The dedicated circuit would cost less, but I think a sub panel would give me more flexibility for adding other circuits, although I don't really need that at this point, and I do have the existing 120v line. Are there any other pros or cons for dedicated circuit vs sub panel?
As a couple of people have pointed out, that's not an "or" question. That would still be a dedicated circuit as long as it is just the one thing on that one breaker coming out of the subpanel.

As to pros/cons of this whole scenario, whenever people are having to trench and run electricity out to a detached garage, I am always in favor of running that main line into a subpanel, just for the flexibility it gives you to modify things. Even if it starts out as 50A in and just one 50A out, you later might decide you want to split off some of it for some kind of 120V system for some other lights or an appliance like a garage beer fridge or something, and then you switch the car charging down to a 30A to make room and rearrange.
 

EVFamilyGrins

Member
May 4, 2021
23
16
CT
Agree with Rocky_H, the panel gives more flexibility which I find pays for itself in the future.

If your main panel will support it, I would have them price out cost of a 60A or 80A line/panel to the the garage and maybe 60A to HPWC.

Depending on the cost, never hurts to have more options to expand and as EV adoption increases will add resale value to property or maybe you will get a second EV in the future or a CT or travel needs will change requiring faster charging.
 

SkyDog

Member
Aug 24, 2021
38
24
New Jersey
Agree with Rocky_H, the panel gives more flexibility which I find pays for itself in the future.

If your main panel will support it, I would have them price out cost of a 60A or 80A line/panel to the the garage and maybe 60A to HPWC.

Depending on the cost, never hurts to have more options to expand and as EV adoption increases will add resale value to property or maybe you will get a second EV in the future or a CT or travel needs will change requiring faster charging.
I'm finding it difficult to even get electricians to return my calls - I think they might still be pretty busy with the aftermath of hurricane Ida around here. But I have had a few electricians out and they're saying that the most I can do is run 60A to a new sub panel, considering that I only have 100A to house currently. Then it's up to me how much I want to dedicate to the HPWC. I'm thinking of doing either 40 or 50A to the HPWC, leaving room for 1 more 15A circuit on the sub panel.

Actually, going with a 30A breaker to the HPWC would still charge at 21 mph which is more than sufficient for me, but I should probably use a 40 or 50A breaker because I don't see myself using the remaining circuit for anything more than running a few lights and maybe something to boost Wi-Fi signal in the garage.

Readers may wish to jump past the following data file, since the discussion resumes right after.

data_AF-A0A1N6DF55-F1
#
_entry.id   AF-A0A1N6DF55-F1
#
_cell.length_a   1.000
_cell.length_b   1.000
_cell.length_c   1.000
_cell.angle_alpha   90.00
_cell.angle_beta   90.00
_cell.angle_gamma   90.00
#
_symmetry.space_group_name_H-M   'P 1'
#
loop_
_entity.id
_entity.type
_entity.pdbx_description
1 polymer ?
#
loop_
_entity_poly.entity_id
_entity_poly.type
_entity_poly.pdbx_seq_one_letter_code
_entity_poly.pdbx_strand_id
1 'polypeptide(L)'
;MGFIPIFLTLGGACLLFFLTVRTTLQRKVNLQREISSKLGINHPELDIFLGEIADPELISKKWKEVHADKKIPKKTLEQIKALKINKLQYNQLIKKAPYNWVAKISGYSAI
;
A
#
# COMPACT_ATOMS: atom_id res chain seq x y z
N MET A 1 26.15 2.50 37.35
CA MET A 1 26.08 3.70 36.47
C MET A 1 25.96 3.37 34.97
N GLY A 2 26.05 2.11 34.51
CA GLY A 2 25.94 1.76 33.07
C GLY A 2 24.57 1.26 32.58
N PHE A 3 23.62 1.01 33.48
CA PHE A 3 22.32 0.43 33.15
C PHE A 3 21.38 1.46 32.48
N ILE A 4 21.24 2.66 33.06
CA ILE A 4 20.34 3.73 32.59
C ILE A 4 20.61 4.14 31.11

SkyDog

Member
Aug 24, 2021
38
24
New Jersey
As to pros/cons of this whole scenario, whenever people are having to trench and run electricity out to a detached garage, I am always in favor of running that main line into a subpanel, just for the flexibility it gives you to modify things. Even if it starts out as 50A in and just one 50A out, you later might decide you want to split off some of it for some kind of 120V system for some other lights or an appliance like a garage beer fridge or something, and then you switch the car charging down to a 30A to make room and rearrange.
That's what I'm thinking now too. And what if I hate having an EV and go back to ICE - or if I sell the house someday to someone without an EV - then a charger wired to the main panel is not useful for anything else, but a sub panel could easily be used for something else.
 
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ATPMSD

Member
Mar 12, 2021
350
360
Atlanta, GA
I can do is run 60A to a new sub panel, considering that I only have 100A to house currently. Then it's up to me how much I want to dedicate to the HPWC

Wow, most electricians will tell you that you cannot have a 50A or 60A circuit added to a 100A panel as there really isn't any headroom!

I do suggest running a 60A circuit to a subpanel and then running circuits from the subpanel to the Wall Connector and 120V outlet. You can then manage the power to the Wall Connector by simply changing the breaker in the subpanel, and through settings iin the Wall Connector. Both of which are easy to change.
 

SkyDog

Member
Aug 24, 2021
38
24
New Jersey
Wow, most electricians will tell you that you cannot have a 50A or 60A circuit added to a 100A panel as there really isn't any headroom!
I currently don't have a big electric load in the house. The only big appliances I have are an electric stove and dryer. Assuming I only charge the EV overnight, the only other electric appliances running might the fridge, furnace and occasionally the sump pump. Someday I might need to upgrade service to the house, then I think my current main panel becomes a sub panel to the new main panel, at least that's how one electrician explained it.